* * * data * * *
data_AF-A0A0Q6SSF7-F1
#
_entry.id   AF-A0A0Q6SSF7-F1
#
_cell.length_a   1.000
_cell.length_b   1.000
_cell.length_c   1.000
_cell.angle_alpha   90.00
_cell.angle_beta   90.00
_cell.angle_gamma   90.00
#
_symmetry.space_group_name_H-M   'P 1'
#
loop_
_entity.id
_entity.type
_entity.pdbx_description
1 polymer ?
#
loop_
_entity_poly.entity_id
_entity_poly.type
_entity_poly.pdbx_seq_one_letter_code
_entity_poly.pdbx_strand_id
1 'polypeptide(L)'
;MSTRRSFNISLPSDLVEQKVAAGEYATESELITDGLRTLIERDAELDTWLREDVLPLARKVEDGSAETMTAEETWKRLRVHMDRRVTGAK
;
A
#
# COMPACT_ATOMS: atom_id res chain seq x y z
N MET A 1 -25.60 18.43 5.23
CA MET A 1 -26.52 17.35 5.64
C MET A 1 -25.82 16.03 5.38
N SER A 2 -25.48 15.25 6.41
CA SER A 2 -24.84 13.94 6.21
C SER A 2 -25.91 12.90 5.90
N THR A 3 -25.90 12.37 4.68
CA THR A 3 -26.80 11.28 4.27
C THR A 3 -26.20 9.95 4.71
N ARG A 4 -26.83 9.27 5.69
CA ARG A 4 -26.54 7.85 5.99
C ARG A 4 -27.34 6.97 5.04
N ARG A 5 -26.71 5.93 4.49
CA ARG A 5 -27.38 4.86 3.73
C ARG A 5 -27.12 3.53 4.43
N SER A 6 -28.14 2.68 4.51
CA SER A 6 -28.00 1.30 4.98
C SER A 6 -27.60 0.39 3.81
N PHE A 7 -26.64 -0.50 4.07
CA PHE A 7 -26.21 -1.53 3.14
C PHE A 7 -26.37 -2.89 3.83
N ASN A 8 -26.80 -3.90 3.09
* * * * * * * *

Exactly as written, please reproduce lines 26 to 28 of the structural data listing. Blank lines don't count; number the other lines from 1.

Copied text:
;MSTRRSFNISLPSDLVEQKVAAGEYATESELITDGLRTLIERDAELDTWLREDVLPLARKVEDGSAETMTAEETWKRLRVHMDRRVTGAK
;
A